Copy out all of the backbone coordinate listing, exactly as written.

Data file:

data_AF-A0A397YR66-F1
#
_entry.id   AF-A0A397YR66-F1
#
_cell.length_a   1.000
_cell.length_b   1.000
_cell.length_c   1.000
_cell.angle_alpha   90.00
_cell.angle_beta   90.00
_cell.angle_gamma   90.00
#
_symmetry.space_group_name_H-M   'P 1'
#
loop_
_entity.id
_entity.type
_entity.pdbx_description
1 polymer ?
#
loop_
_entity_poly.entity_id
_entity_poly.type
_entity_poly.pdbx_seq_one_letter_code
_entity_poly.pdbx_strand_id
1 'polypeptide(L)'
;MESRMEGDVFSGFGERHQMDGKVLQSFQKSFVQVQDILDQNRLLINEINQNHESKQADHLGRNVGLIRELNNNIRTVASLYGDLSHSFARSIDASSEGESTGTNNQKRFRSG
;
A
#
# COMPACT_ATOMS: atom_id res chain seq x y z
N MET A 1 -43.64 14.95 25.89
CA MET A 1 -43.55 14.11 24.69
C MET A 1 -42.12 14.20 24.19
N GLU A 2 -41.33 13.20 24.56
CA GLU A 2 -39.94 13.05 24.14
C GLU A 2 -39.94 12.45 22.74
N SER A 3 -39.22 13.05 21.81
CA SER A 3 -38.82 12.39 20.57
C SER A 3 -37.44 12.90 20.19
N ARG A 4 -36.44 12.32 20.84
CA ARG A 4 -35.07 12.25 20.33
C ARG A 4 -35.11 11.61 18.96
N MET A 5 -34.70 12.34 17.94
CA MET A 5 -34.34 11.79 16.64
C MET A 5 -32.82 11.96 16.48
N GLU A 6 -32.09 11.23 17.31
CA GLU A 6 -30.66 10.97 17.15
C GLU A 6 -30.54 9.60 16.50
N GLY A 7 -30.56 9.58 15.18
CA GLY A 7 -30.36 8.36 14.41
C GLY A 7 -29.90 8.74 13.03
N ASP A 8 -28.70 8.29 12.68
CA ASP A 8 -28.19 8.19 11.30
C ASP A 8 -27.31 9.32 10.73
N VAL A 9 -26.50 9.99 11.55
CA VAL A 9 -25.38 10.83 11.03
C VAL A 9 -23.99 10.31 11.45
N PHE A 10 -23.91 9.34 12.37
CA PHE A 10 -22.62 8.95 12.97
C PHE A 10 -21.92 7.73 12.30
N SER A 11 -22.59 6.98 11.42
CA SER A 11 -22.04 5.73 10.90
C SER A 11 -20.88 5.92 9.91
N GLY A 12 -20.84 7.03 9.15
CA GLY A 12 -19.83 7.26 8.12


data_AF-A0A397YR66-F1
#
_entry.id   AF-A0A397YR66-F1
#
_cell.length_a   1.000
_cell.length_b   1.000
_cell.length_c   1.000
_cell.angle_alpha   90.00
_cell.angle_beta   90.00
_cell.angle_gamma   90.00
#
_symmetry.space_group_name_H-M   'P 1'
#
loop_
_entity.id
_entity.type
_entity.pdbx_description
1 polymer ?
#
loop_
_entity_poly.entity_id
_entity_poly.type
_entity_poly.pdbx_seq_one_letter_code
_entity_poly.pdbx_strand_id
1 'polypeptide(L)'
;MESRMEGDVFSGFGERHQMDGKVLQSFQKSFVQVQDILDQNRLLINEINQNHESKQADHLGRNVGLIRELNNNIRTVASLYGDLSHSFARSIDASSEGESTGTNNQKRFRSG
;
A
#
# COMPACT_ATOMS: atom_id res chain seq x y z
N MET A 1 -43.64 14.95 25.89
CA MET A 1 -43.55 14.11 24.69
C MET A 1 -42.12 14.20 24.19
N GLU A 2 -41.33 13.20 24.56
CA GLU A 2 -39.94 13.05 24.14
C GLU A 2 -39.94 12.45 22.74
N SER A 3 -39.22 13.05 21.81
CA SER A 3 -38.82 12.39 20.57
C SER A 3 -37.44 12.90 20.19
N ARG A 4 -36.44 12.32 20.84
CA ARG A 4 -35.07 12.25 20.33
C ARG A 4 -35.11 11.61 18.96
N MET A 5 -34.70 12.34 17.94
CA MET A 5 -34.34 11.79 16.64
C MET A 5 -32.82 11.96 16.48
N GLU A 6 -32.09 11.23 17.31
CA GLU A 6 -30.66 10.97 17.15
C GLU A 6 -30.54 9.60 16.50
N GLY A 7 -30.56 9.58 15.18
CA GLY A 7 -30.36 8.36 14.41
C GLY A 7 -29.90 8.74 13.03
N ASP A 8 -28.70 8.29 12.68
CA ASP A 8 -28.19 8.19 11.30
C ASP A 8 -27.31 9.32 10.73
N VAL A 9 -26.50 9.99 11.55
CA VAL A 9 -25.38 10.83 11.03
C VAL A 9 -23.99 10.31 11.45
N PHE A 10 -23.91 9.34 12.37
CA PHE A 10 -22.62 8.95 12.97
C PHE A 10 -21.92 7.73 12.30
N SER A 11 -22.59 6.98 11.42
CA SER A 11 -22.04 5.73 10.90
C SER A 11 -20.88 5.92 9.91
N GLY A 12 -20.84 7.03 9.15
CA GLY A 12 -19.83 7.26 8.12